WHEREAS, Ka Po e o Kaka ako residents are concerned that they will be displaced on or after Saturday, June 1, 2019 by enforcement actions associated with the City and County of Honolulu Sidewalk Nuisance Ordinance and the Stored Property Ordinance, and/or other regulations, as applicable; and
WHEREAS, many of these residents would like to stay together as a community, in order to maintain the relationships which enable them to support each other and help keep the Kaka ako houseless population from further disarray; and
WHEREAS, Ka Po e o Kaka ako is working with Lieutenant Governor Josh Green and others to possibly relocate the community, but are otherwise not aware of any plans for assistance and comprehensive services from the State of Hawaii or the City and County of Honolulu that will help ensure the welfare of these residents during the planned relocation; and now, therefore
BE IT RESOLVED that the Ala Moana/Kaka ako Neighborhood Board No. 11 requests that the City and State provide information on plans and resources for relocation of houseless Kaka'ako residents ahead of or at its Tuesday, June 25, 2019 regular meeting, and also directly to Ka Po e o Kaka ako; and
BE IT RESOLVED that copies of this resolution are transmitted to the appropriate City and State agencies and elected officials.
Mariano moved and Chung seconded that the Ala Moana/Kaka ako Neighborhood Board No. 11 adopt this resolution. Discussion followed. Chang asked what kind of support was asked for and who the 44 individuals are. Mariano noted that the houseless community was trying to organize themselves and have established rules, when they move out. A spokesperson said they have leadership and security teams.
At 9:12 p.m. Chair Tam passed the gavel to Vice Chair Zehner. He spoke about his experience visiting the houseless community.
At 9:14 p.m. Vice Chair Zehner returned the gavel to Chair Tam.
There was more discussion. Ammons requested the Lieutenant Governor Green come back to answer questions. The first Be it Resolved clause will be removed and the final two (2) will remain (see above).
Ammons moved and Chang seconded to table the resolution until the Board talks with Lieutenant Governor Green.
Mariano withdrew his motion.
At 9:17 p.m. Chang departed the meeting; seven (7) members present.
Chung moved and Zehner seconded that the Ala Moana/Kaka ako Neighborhood Board No. 11 adopt the second BE IT RESOLVED clause, which reads, "BE IT RESOLVED that the Ala Moana/Kaka ako Neighborhood Board No. 11 requests that the City and State provide information on plans and resources for relocation of houseless Kaka'ako residents ahead of or at its Tuesday, June 25, 2019 regular meeting, and also directly to Ka Po e o Kaka ako;"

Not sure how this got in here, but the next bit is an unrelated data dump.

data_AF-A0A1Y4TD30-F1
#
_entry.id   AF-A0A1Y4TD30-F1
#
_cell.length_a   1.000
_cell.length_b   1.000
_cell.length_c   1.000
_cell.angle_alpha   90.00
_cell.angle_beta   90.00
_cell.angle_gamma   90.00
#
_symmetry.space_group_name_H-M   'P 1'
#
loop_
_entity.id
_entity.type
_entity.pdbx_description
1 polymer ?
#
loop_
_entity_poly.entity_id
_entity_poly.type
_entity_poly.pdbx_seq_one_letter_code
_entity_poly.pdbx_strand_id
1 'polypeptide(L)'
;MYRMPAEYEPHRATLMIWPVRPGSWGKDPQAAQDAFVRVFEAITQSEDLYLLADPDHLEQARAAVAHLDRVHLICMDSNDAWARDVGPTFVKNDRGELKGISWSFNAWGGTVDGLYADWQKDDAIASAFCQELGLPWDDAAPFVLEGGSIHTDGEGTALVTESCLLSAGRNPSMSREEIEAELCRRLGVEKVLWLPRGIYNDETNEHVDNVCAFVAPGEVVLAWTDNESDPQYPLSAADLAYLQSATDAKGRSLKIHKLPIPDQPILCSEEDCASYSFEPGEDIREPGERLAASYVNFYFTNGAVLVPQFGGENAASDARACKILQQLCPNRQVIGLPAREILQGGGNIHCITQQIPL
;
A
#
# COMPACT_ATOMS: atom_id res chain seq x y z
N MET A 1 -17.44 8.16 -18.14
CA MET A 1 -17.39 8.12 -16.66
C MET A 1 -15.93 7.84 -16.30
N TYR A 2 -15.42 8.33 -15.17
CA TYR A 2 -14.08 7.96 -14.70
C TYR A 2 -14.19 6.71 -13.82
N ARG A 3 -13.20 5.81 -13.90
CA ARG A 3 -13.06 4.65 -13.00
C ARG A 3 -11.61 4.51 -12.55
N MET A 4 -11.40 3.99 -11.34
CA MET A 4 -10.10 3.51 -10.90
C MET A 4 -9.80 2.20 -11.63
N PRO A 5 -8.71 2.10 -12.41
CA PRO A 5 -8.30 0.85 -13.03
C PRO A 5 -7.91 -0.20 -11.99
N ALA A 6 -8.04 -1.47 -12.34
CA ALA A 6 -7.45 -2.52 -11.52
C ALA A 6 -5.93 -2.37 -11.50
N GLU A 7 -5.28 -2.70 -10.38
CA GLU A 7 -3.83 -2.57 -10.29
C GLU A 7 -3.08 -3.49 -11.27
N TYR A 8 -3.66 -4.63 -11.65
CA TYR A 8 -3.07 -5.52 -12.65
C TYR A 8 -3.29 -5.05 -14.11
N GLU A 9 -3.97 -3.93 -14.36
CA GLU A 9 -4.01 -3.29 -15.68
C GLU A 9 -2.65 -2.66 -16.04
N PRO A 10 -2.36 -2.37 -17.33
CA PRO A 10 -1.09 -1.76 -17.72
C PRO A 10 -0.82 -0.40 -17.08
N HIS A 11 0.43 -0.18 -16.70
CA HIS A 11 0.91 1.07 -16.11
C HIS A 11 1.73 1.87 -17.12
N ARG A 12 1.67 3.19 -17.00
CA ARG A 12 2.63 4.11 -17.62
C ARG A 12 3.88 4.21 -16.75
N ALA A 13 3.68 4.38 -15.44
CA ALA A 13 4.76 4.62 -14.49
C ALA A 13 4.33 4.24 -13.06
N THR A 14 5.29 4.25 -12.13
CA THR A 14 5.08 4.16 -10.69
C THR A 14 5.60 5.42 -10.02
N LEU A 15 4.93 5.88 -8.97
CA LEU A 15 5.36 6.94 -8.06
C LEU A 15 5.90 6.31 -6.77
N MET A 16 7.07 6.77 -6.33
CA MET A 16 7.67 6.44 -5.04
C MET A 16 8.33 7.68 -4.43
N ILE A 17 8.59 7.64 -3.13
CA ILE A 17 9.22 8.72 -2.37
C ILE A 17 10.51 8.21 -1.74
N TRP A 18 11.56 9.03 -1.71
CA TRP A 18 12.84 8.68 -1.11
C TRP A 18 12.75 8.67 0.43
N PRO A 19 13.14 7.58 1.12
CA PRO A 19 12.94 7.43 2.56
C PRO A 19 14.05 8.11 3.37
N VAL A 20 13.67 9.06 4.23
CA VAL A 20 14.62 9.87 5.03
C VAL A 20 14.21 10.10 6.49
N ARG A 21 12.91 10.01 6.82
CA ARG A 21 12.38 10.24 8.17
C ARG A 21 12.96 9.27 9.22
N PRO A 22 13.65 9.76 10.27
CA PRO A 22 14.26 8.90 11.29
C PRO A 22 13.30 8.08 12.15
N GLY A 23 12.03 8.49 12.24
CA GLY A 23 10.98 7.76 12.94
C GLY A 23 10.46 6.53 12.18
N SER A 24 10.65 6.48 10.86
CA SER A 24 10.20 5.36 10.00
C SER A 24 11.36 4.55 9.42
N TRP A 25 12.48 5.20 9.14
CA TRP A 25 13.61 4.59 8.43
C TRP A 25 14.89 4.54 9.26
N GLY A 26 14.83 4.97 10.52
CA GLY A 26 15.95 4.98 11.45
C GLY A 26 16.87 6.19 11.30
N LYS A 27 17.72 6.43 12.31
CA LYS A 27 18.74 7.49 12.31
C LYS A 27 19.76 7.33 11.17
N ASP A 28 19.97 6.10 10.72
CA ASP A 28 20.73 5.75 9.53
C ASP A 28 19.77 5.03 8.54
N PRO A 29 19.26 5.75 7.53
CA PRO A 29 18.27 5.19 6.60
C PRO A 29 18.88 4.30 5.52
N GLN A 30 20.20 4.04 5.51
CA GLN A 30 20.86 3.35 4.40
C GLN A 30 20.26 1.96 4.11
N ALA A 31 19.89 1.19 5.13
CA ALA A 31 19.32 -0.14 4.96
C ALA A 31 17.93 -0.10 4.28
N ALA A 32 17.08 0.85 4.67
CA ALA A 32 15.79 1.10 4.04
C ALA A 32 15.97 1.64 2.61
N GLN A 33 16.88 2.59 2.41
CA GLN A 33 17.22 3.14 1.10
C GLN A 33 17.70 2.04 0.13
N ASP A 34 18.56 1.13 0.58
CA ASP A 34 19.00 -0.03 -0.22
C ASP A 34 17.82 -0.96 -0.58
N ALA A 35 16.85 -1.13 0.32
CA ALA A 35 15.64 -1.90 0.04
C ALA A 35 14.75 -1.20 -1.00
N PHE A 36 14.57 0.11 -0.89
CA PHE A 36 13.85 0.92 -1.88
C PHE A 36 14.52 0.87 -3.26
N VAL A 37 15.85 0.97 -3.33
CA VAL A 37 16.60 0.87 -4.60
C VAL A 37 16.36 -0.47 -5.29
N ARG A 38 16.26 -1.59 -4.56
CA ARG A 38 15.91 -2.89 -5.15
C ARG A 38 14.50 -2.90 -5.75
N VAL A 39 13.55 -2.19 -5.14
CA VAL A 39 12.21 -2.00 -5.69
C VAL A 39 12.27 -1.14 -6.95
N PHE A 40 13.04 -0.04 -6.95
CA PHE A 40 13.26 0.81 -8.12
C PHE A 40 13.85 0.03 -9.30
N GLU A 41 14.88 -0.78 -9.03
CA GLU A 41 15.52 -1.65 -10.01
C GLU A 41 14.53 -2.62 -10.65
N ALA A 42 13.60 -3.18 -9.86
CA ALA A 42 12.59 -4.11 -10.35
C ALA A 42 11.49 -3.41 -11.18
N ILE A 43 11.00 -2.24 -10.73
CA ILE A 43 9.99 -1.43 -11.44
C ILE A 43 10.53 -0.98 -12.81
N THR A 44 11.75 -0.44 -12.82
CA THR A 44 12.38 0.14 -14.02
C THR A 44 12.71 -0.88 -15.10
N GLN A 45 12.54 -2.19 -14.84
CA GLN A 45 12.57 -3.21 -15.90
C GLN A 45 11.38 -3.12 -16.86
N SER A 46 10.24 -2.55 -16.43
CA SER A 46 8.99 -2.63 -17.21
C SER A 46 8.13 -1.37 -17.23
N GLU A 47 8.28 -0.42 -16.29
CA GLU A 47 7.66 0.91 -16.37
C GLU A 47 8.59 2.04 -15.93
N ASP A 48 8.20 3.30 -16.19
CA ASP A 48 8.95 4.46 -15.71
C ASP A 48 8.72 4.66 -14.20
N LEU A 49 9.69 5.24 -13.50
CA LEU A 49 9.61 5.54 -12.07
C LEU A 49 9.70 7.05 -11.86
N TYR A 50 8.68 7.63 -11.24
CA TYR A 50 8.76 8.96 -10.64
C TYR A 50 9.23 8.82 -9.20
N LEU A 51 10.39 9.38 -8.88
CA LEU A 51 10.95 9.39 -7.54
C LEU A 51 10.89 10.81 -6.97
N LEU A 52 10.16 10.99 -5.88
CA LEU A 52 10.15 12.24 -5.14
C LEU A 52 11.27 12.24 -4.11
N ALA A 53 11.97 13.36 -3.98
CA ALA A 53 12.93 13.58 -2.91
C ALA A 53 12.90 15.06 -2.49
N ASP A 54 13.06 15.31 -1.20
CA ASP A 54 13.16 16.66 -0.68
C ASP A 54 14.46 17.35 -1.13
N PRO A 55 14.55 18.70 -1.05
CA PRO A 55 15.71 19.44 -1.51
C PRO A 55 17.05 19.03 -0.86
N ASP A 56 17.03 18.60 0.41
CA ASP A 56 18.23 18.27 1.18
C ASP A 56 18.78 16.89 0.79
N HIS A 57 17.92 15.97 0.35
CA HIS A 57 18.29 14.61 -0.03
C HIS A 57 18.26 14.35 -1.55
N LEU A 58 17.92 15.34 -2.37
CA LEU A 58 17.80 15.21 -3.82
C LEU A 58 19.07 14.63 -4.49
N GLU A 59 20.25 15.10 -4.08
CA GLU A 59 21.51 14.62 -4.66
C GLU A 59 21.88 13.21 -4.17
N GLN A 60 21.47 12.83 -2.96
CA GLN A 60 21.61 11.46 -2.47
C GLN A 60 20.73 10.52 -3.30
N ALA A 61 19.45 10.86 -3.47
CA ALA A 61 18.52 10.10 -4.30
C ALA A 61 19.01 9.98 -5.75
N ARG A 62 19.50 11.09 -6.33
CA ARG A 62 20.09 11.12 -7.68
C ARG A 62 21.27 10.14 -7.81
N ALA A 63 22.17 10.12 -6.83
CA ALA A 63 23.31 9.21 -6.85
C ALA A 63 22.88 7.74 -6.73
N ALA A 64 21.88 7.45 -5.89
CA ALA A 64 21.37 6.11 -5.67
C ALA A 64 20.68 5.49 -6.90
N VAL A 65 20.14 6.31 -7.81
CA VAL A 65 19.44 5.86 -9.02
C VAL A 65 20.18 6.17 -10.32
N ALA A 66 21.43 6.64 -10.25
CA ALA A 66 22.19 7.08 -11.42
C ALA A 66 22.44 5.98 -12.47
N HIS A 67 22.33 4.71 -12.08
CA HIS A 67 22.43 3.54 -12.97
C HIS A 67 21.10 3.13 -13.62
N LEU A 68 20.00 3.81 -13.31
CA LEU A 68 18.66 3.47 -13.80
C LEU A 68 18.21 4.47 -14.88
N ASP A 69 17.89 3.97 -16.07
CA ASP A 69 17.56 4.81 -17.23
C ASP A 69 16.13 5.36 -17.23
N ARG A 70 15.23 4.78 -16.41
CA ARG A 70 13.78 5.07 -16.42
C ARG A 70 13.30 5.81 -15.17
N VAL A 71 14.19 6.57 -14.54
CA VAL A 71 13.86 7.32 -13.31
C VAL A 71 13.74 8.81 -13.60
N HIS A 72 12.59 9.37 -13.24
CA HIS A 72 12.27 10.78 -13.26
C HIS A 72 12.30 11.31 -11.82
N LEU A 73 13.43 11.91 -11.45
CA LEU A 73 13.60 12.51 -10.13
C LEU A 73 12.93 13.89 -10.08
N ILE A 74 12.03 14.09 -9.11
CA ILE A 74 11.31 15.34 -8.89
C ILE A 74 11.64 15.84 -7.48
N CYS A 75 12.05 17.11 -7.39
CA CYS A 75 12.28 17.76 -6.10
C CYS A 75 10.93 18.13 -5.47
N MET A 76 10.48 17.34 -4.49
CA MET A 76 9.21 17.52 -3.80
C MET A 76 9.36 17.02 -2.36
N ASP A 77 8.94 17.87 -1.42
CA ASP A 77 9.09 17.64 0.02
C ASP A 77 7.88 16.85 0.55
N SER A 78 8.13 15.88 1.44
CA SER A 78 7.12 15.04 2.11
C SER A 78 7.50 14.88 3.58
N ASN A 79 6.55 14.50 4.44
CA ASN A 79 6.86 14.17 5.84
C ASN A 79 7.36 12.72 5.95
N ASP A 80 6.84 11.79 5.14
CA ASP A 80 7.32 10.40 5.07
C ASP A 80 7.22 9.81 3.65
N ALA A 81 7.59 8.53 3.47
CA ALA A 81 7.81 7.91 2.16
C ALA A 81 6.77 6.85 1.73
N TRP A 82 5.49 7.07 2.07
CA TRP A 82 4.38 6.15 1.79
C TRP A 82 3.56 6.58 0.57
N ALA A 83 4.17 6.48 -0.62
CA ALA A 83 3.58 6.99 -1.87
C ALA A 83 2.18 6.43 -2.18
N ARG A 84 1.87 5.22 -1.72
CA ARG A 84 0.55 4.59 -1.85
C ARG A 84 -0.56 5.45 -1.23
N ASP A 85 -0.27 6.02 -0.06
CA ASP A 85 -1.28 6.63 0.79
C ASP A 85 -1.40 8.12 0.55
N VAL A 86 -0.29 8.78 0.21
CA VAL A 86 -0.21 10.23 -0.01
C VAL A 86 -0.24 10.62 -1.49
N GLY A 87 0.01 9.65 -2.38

The Ala Moana/Kaka ako Neighborhood Board No. 11 ADOPTED the motion, 6-1-0 (AYE: Chung, Komine, Mariano, Oppie, Tam, and Zehner; NAY: Ammons; ABSTAIN: None).
Consider Resolution Regarding Dog Park in the Kaka‘ako Area -
RESOLUTION REGARDING INSTALLATION OF A DOG PARK IN THE KAKA AKO AREA
WHEREAS, the population of Kaka ako has increased by almost 40% between 2010 and 2017, and now contains about 12,000 residents (1); and
WHEREAS, about 30% to 50% of all households (2) have a dog, and Honolulu was ranked in 2018 as the least pet-friendly city (3) in the United States; and
WHEREAS, there are now five (5) off-leash dog parks on O‘ahu, plus another two (2) dog parks that are planned for M ili ili and Waipio; and
WHEREAS, there is currently no off-leash dog park serving the Ala Moana-Kaka ako area; and the only park designated for on-leash dog activities is located at the Mother Waldron Neighborhood Park; and
WHEREAS, the City and County of Honolulu Capital Budget for Fiscal Year 2018 (Ordinance 17-33), included a $150,000 appropriation for a dog park in the Downtown Honolulu-Kaka ako area which was not implemented; and
WHEREAS, the proposed Capital Budget for Fiscal Year 2020 (Bill 11, CD2), includes $150,000 for a dog park in the Downtown-Ala Moana-Kakaako area; and
WHEREAS, dog parks can be an effective way to build community; and now therefore
BE IT RESOLVED, the Board supports the addition of a dog park in Ala Moana-Kaka ako area; and
BE IT FURTHER RESOLVED, that the Board urges the Department of Park and Recreation (DPR) to consider one (1) of the following sites for a dog park:
• Mother Waldron Park
• Kaka ako Waterfront Park
• Kolowalu Park
• Kawaiahao Mini-Park
• Pawa a In-Ha Park (outside of district)
BE IT FURTHER RESOLVED that the Board suggests that DPR could even consider developing a temporary off-leash dog park, in order to test the demand and use of these.
BE IT FINALLY RESOLVED that copies of this resolution are transmitted to the appropriate City and State agencies and elected officials.
(1) United States Census, American Community Survey, 2010 and 2017, Census Tracts 37 and 38.
(2) In addition, 49% of all households in the top 25 largest US metropolitan areas reported having a pet in 2013. Source: American Pet Products Association (APPA) and American Veterinary Medical Association (AVMA). https://thebark.com/content/cloc-data-gathered-us-census.
In the interest of time, Chair Tam deferred this item to the next meeting.